’24 Faces of Billy Milligan’ Review: Netflix Continues to Ruin True Crime Genre


Please don’t ask me why I sat through all four episodes of Monsters Inside: The 24 Faces of Billy Milligan, the latest true crime debacle from Netflix. The first two hours were excruciating. I almost gave up. But after I decided to write a review, I hung in there and, thankfully, things improved … a little.

In 1977, 22-year-old Billy Milligan was arrested for raping four women at Ohio State University. Thanks to fingerprints and the victims’ eyewitness accounts, it was a slam-dunk case. This pig was going to spend decades in prison. But then he faked having multiple personality disorder. A bunch of mercenary doctors took it seriously. Our garbage media ate it up, and the victims were forgotten, and Milligan was found not guilty for reasons of insanity.

From there, he was transferred to psychiatric hospitals where he drugged and had sex with fellow patients, enjoyed furloughs, sold his paintings for thousands of dollars, and had a bestseller written about him. But after being transferred to an institution he didn’t like, he escaped with the help of his brother and a friend and killed a man for his disability checks. But since this man’s body was never found, Milligan was never charged, and,  after being recaptured, he was returned to another institution and then promptly released as cured.

Watch below: 

Naturally, from here, this serial rapist and murderer was welcomed by Hollywood.

The first two episodes are so horribly over-directed by Olivier Megatron; they are nearly unwatchable. I don’t know what the thinking was; maybe to put us in Milligan’s head, but it was like watching the opening credits of The Texas Chainsaw Massacre (1974) for two hours.

What’s especially frustrating is that the over-produced musical score wouldn’t even shut up long enough so we could listen to Milligan pretend to be different personalities, one with a British accent, another with a Hungarian accent. Oh, and he got away with blaming the rapes on one of his 24 personalities, a lesbian he named Adalana. That’s not a joke.

I went into this cold. I had never even heard of Billy Milligan. Nevertheless, it is evident from the videotapes of the psychiatric sessions that he was faking it. It was a joke, a real clown show, but Netflix sure didn’t think so.

Oh, and Netflix doesn’t even bother to inform its viewers that Milligan took on these multiple personalities less than a year after the blockbuster TV movie Sybil aired. Gee, ya’ think maybe that was worth pointing out?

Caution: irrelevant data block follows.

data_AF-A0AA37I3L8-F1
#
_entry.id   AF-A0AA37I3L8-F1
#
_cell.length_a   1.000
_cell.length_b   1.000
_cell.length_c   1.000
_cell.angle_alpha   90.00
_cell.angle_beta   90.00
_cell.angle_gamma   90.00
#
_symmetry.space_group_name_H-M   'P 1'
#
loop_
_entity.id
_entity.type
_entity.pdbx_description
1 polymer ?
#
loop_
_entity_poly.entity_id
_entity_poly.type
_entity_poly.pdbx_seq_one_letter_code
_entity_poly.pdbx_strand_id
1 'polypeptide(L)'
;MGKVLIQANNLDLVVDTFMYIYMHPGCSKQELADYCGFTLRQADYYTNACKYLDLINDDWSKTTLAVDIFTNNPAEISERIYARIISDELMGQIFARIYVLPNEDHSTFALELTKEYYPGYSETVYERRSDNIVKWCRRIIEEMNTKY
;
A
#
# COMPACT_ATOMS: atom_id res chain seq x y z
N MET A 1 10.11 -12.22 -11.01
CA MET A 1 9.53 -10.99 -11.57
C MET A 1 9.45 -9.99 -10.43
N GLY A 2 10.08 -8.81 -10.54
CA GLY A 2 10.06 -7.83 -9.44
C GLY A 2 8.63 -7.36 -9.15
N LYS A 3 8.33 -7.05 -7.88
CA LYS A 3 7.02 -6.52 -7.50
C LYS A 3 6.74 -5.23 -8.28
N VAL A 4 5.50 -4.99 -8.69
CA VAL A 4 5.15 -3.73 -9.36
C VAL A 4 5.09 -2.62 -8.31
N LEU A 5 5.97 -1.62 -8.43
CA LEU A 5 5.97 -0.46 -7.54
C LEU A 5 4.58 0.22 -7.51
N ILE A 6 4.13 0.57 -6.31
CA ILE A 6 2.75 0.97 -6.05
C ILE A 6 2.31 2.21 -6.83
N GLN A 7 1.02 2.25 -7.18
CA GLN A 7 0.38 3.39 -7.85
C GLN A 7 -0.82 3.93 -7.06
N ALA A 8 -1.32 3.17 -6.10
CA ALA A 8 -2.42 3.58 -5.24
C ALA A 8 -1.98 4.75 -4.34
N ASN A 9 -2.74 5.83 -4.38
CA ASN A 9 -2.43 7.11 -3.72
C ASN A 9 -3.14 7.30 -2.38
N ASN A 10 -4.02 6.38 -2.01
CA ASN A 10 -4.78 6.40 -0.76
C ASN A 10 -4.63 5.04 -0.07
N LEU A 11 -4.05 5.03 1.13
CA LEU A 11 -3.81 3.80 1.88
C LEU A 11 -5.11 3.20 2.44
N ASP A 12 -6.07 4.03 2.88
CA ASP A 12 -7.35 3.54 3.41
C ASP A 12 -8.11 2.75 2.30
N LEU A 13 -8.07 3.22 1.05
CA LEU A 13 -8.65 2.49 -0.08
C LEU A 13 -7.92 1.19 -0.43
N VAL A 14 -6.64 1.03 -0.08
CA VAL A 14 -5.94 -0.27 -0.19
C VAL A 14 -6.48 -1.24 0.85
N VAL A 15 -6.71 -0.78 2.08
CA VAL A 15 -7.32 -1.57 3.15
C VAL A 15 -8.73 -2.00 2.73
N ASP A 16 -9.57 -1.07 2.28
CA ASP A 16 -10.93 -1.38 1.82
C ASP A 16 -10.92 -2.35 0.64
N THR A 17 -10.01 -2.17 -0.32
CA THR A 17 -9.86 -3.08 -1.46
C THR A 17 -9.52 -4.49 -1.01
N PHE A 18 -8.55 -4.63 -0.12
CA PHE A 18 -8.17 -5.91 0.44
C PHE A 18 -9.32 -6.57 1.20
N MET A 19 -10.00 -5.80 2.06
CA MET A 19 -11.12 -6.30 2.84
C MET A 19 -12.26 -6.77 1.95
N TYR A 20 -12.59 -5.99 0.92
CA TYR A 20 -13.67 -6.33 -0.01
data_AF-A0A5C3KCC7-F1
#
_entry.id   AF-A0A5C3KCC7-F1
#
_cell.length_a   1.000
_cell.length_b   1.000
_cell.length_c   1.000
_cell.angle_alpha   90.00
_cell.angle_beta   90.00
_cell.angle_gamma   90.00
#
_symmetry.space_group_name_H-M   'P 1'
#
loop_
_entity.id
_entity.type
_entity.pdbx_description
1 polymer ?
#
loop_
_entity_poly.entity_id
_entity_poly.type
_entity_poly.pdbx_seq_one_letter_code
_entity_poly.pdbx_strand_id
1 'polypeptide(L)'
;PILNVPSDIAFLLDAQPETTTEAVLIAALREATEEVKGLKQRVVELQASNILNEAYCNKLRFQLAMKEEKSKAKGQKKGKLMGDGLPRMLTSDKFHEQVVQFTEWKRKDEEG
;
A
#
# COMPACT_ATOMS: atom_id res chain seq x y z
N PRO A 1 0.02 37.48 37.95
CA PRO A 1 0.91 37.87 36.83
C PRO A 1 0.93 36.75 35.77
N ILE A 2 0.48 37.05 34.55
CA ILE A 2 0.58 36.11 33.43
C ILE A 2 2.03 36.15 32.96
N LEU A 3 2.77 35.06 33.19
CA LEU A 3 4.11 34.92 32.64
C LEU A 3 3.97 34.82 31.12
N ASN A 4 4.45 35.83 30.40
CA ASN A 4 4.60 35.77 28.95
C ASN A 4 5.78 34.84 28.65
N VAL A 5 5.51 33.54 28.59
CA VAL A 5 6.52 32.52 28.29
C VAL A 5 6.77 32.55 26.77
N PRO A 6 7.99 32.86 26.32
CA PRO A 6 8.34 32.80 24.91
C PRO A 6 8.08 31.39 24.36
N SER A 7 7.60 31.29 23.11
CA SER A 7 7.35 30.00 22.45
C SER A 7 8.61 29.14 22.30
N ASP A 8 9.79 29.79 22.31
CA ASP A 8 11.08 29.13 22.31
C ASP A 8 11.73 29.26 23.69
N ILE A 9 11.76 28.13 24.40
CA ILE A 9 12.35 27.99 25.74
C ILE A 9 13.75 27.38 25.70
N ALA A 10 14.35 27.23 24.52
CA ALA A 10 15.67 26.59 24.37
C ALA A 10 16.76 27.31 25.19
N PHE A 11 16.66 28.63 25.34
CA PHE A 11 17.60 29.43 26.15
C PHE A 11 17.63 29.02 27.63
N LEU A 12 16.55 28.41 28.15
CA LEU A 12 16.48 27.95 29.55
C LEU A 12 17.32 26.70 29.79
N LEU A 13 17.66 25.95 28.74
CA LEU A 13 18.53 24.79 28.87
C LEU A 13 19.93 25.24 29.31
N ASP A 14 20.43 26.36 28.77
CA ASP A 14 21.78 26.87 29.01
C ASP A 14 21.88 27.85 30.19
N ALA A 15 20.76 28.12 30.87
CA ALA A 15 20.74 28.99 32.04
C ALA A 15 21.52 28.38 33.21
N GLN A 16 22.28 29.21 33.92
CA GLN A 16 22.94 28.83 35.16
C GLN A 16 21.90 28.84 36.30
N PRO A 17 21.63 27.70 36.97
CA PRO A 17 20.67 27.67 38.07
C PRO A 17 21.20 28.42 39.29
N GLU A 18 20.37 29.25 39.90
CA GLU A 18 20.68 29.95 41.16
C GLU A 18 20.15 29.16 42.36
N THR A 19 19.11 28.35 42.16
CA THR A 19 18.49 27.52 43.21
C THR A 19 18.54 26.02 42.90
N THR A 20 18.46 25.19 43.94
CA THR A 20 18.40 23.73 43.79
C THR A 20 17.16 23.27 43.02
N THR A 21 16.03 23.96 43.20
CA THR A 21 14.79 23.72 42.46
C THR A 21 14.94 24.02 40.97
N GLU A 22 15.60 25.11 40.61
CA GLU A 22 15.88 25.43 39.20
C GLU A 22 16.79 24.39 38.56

And then when Sybil’s real-life doctor, Dr. Cornelia B. Wilbur, shows up to examine and vouch for Milligan, I’m screaming at the TV: Why aren’t you telling Netflix viewers she was a fraud!? Sybil and Wilbur were total frauds!

The whole multiple personality/Sybil thing is one of the greatest and most lucrative hoaxes ever played on this country, and, naturally, our fake media ate it right up.

The third and fourth episodes are easier to watch. The presentation is less jittery, and some skepticism is finally allowed to creep in. People eventually start to use the proper word — can you say, sociopath? — but there is still one substantial moral hole.

When Milligan escaped, he did so with a ton of financial and logistical help from his friend, Jim Murray, and his brother Jim Morrison (no, not that one). Both men are interviewed and now believe that during the escape, Milligan did indeed kill poor Michael Pierce Madden to steal his disability checks. But not once does either man express any remorse for their culpability in that. In fact, they pretend like they had nothing to do with it when they had everything to do with it.

It’s just grotesque to watch them gloss over their own role in a horrible murder, and it’s even more grotesque that the docuseries lets them.

And at no point, not even at the end, are we informed about the fraud behind the Sybil case.

Some skeptics are allowed to have their say, the most impressive being Dr. Allen J. Frances, a professor of psychiatry, who brilliantly points out that the proof multiple personality disorder is a fraud is the fact that it disappeared just like any other fad. Real psychological problems don’t disappear, but multiple personality disorder sure did.

What I found most frustrating (other than wondering why talking heads were filmed in places like bank vaults) is the wasted potential. There’s a great story in the Billy Milligan saga, a story about corrupt doctors and authors and reporters who chase fame and headlines and riches. But, at the same time, four rape victims have to sit back and watch their celebrity-rapist feted by James Cameron.

But that story would require moral courage to tell, and if there’s one thing lacking at Netflix, it’s the moral courage necessary to challenge the establishment, to question the venal medical/media/Hollywood industrial complex.


Follow John Nolte on Twitter @NolteNC. Follow his Facebook Page here.


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